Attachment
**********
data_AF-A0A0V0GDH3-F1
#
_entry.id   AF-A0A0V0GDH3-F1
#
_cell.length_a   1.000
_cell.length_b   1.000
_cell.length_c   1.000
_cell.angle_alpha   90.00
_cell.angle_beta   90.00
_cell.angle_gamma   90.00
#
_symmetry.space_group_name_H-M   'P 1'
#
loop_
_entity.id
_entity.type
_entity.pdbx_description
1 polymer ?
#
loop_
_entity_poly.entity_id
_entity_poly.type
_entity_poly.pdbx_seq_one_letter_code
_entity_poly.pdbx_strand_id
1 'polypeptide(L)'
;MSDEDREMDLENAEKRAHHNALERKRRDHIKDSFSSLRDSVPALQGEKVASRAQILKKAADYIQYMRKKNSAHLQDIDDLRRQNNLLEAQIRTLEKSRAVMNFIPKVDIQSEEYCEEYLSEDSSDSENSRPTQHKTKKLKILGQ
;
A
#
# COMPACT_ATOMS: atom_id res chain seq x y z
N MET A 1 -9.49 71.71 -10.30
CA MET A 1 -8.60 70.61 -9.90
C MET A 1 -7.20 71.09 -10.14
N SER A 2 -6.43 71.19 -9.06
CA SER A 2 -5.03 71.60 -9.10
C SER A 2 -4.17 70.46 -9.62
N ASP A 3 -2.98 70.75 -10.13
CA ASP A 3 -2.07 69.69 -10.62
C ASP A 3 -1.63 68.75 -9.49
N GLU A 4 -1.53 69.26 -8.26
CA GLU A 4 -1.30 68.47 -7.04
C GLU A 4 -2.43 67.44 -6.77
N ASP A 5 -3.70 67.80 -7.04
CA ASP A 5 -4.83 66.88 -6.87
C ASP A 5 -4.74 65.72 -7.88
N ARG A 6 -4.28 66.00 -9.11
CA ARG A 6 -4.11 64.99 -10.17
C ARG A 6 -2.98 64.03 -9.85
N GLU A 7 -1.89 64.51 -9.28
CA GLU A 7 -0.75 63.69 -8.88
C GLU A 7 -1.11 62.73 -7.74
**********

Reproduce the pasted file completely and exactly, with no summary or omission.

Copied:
data_AF-A0A0V0GDH3-F1
#
_entry.id   AF-A0A0V0GDH3-F1
#
_cell.length_a   1.000
_cell.length_b   1.000
_cell.length_c   1.000
_cell.angle_alpha   90.00
_cell.angle_beta   90.00
_cell.angle_gamma   90.00
#
_symmetry.space_group_name_H-M   'P 1'
#
loop_
_entity.id
_entity.type
_entity.pdbx_description
1 polymer ?
#
loop_
_entity_poly.entity_id
_entity_poly.type
_entity_poly.pdbx_seq_one_letter_code
_entity_poly.pdbx_strand_id
1 'polypeptide(L)'
;MSDEDREMDLENAEKRAHHNALERKRRDHIKDSFSSLRDSVPALQGEKVASRAQILKKAADYIQYMRKKNSAHLQDIDDLRRQNNLLEAQIRTLEKSRAVMNFIPKVDIQSEEYCEEYLSEDSSDSENSRPTQHKTKKLKILGQ
;
A
#
# COMPACT_ATOMS: atom_id res chain seq x y z
N MET A 1 -9.49 71.71 -10.30
CA MET A 1 -8.60 70.61 -9.90
C MET A 1 -7.20 71.09 -10.14
N SER A 2 -6.43 71.19 -9.06
CA SER A 2 -5.03 71.60 -9.10
C SER A 2 -4.17 70.46 -9.62
N ASP A 3 -2.98 70.75 -10.13
CA ASP A 3 -2.07 69.69 -10.62
C ASP A 3 -1.63 68.75 -9.49
N GLU A 4 -1.53 69.26 -8.26
CA GLU A 4 -1.30 68.47 -7.04
C GLU A 4 -2.43 67.44 -6.77
N ASP A 5 -3.70 67.80 -7.04
CA ASP A 5 -4.83 66.88 -6.87
C ASP A 5 -4.74 65.72 -7.88
N ARG A 6 -4.28 66.00 -9.11
CA ARG A 6 -4.11 64.99 -10.17
C ARG A 6 -2.98 64.03 -9.85
N GLU A 7 -1.89 64.51 -9.28
CA GLU A 7 -0.75 63.69 -8.88
C GLU A 7 -1.11 62.73 -7.74